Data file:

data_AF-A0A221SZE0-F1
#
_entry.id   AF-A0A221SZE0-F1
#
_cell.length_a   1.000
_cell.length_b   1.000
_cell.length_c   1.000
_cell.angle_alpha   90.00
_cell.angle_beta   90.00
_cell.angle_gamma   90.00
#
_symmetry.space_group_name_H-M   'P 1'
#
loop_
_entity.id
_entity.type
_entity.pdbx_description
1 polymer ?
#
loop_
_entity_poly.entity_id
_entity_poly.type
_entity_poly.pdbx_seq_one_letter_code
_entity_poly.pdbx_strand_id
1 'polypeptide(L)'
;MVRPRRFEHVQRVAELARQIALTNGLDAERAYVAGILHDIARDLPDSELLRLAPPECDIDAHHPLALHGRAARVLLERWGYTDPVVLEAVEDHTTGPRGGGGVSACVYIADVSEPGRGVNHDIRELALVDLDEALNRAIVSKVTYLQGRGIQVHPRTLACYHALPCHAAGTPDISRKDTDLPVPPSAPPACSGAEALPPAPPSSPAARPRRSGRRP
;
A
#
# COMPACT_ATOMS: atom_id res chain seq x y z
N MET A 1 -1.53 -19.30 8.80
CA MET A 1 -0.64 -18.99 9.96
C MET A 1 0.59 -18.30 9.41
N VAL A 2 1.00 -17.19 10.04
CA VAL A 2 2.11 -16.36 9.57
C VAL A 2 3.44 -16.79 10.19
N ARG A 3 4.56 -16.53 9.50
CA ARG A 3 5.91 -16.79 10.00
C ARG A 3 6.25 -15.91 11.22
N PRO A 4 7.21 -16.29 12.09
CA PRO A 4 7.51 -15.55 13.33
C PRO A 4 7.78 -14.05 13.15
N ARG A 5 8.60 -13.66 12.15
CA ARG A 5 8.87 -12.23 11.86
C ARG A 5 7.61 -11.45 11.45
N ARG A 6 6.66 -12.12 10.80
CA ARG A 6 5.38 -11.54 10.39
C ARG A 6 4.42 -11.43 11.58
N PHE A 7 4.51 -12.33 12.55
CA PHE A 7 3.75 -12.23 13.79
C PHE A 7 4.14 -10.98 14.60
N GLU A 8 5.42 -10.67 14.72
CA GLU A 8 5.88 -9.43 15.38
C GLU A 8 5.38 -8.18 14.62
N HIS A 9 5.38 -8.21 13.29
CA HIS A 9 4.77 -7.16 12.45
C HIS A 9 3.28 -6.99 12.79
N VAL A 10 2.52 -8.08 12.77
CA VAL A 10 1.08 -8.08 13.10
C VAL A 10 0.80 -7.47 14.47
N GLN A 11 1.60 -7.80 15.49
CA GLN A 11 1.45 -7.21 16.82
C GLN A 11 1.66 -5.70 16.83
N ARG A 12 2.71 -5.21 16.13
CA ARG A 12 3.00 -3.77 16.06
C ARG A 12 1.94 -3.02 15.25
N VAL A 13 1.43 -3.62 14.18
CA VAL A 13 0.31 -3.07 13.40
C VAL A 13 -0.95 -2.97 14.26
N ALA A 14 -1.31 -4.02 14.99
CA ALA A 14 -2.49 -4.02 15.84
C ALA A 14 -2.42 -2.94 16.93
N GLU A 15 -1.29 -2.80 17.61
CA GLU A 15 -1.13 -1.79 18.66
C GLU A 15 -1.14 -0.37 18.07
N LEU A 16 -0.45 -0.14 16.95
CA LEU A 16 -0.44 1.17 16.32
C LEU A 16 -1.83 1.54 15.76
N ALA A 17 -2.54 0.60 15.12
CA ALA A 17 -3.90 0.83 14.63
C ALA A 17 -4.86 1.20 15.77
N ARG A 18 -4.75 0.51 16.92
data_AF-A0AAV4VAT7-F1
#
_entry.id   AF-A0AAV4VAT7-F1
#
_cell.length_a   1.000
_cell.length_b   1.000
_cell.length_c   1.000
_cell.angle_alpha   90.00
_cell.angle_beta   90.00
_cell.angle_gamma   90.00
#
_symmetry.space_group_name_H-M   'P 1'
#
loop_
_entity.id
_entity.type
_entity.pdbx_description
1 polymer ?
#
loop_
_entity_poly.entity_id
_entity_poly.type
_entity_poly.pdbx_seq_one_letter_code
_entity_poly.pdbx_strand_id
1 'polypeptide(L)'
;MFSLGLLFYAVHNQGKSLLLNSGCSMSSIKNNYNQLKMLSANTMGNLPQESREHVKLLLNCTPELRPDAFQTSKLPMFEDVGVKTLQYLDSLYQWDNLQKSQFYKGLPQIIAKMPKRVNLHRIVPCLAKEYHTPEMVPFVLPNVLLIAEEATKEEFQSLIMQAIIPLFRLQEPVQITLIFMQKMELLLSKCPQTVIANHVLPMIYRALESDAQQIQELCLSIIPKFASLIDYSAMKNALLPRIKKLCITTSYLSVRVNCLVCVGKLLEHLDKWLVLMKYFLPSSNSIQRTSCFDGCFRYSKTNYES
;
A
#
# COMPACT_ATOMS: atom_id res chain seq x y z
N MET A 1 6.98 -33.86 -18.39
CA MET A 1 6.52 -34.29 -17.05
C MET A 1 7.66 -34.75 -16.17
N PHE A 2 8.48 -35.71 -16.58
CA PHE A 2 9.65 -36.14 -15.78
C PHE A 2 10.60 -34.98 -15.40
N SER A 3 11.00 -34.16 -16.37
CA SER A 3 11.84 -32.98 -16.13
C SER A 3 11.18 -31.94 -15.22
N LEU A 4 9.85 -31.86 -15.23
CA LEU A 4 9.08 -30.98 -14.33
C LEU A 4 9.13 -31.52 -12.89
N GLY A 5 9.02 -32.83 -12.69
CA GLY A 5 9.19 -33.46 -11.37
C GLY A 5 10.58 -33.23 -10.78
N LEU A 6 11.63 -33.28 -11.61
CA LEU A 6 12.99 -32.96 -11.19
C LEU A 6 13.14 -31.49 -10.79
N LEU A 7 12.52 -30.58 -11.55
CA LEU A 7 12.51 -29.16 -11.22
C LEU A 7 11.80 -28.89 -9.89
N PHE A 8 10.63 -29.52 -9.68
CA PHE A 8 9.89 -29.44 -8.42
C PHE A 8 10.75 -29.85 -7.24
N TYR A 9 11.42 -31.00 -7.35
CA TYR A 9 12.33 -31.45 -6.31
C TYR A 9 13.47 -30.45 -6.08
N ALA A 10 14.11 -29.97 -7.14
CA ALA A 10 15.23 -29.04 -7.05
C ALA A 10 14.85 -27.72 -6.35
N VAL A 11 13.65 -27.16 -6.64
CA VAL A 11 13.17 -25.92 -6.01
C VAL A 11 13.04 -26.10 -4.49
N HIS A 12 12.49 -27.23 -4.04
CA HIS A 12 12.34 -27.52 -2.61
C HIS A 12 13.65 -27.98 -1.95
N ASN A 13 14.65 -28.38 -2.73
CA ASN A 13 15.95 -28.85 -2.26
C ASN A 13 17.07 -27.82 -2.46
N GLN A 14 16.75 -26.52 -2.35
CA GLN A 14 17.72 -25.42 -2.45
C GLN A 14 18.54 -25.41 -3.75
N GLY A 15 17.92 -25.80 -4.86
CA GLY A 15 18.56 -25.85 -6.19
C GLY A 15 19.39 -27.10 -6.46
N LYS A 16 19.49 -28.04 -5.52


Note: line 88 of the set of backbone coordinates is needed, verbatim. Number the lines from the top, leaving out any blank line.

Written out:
_cell.length_b   1.000